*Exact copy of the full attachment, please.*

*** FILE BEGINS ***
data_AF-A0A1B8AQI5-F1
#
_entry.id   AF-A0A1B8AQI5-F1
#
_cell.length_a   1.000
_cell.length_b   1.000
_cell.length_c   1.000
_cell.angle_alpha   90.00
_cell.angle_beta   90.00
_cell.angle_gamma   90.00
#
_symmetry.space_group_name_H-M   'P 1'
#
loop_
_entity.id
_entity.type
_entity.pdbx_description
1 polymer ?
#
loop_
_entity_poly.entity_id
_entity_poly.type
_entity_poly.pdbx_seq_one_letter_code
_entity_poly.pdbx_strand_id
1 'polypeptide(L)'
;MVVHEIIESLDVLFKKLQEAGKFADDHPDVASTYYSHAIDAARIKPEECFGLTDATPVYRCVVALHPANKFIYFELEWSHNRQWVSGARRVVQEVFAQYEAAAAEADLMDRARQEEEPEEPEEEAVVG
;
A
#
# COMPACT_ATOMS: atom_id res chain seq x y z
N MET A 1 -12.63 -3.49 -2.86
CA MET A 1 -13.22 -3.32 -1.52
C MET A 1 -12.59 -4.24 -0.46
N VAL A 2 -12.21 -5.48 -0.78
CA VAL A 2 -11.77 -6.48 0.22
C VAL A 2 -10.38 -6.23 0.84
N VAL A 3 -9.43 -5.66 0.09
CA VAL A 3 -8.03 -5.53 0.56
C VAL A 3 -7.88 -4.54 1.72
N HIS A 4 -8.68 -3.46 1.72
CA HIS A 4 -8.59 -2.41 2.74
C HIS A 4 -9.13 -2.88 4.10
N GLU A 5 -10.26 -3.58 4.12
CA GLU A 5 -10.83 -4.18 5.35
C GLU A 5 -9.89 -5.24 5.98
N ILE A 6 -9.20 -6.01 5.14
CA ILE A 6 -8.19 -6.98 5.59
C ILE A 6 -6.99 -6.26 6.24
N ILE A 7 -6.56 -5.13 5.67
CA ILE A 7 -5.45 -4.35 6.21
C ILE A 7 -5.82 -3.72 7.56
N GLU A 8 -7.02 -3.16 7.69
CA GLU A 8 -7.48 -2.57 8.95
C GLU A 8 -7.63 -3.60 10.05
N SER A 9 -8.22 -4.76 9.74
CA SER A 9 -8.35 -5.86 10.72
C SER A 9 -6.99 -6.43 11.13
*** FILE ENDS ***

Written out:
data_AF-A0A1B8AQI5-F1
#
_entry.id   AF-A0A1B8AQI5-F1
#
_cell.length_a   1.000
_cell.length_b   1.000
_cell.length_c   1.000
_cell.angle_alpha   90.00
_cell.angle_beta   90.00
_cell.angle_gamma   90.00
#
_symmetry.space_group_name_H-M   'P 1'
#
loop_
_entity.id
_entity.type
_entity.pdbx_description
1 polymer ?
#
loop_
_entity_poly.entity_id
_entity_poly.type
_entity_poly.pdbx_seq_one_letter_code
_entity_poly.pdbx_strand_id
1 'polypeptide(L)'
;MVVHEIIESLDVLFKKLQEAGKFADDHPDVASTYYSHAIDAARIKPEECFGLTDATPVYRCVVALHPANKFIYFELEWSHNRQWVSGARRVVQEVFAQYEAAAAEADLMDRARQEEEPEEPEEEAVVG
;
A
#
# COMPACT_ATOMS: atom_id res chain seq x y z
N MET A 1 -12.63 -3.49 -2.86
CA MET A 1 -13.22 -3.32 -1.52
C MET A 1 -12.59 -4.24 -0.46
N VAL A 2 -12.21 -5.48 -0.78
CA VAL A 2 -11.77 -6.48 0.22
C VAL A 2 -10.38 -6.23 0.84
N VAL A 3 -9.43 -5.66 0.09
CA VAL A 3 -8.03 -5.53 0.56
C VAL A 3 -7.88 -4.54 1.72
N HIS A 4 -8.68 -3.46 1.72
CA HIS A 4 -8.59 -2.41 2.74
C HIS A 4 -9.13 -2.88 4.10
N GLU A 5 -10.26 -3.58 4.12
CA GLU A 5 -10.83 -4.18 5.35
C GLU A 5 -9.89 -5.24 5.98
N ILE A 6 -9.20 -6.01 5.14
CA ILE A 6 -8.19 -6.98 5.59
C ILE A 6 -6.99 -6.26 6.24
N ILE A 7 -6.56 -5.13 5.67
CA ILE A 7 -5.45 -4.35 6.21
C ILE A 7 -5.82 -3.72 7.56
N GLU A 8 -7.02 -3.16 7.69
CA GLU A 8 -7.48 -2.57 8.95
C GLU A 8 -7.63 -3.60 10.05
N SER A 9 -8.22 -4.76 9.74
CA SER A 9 -8.35 -5.86 10.72
C SER A 9 -6.99 -6.43 11.13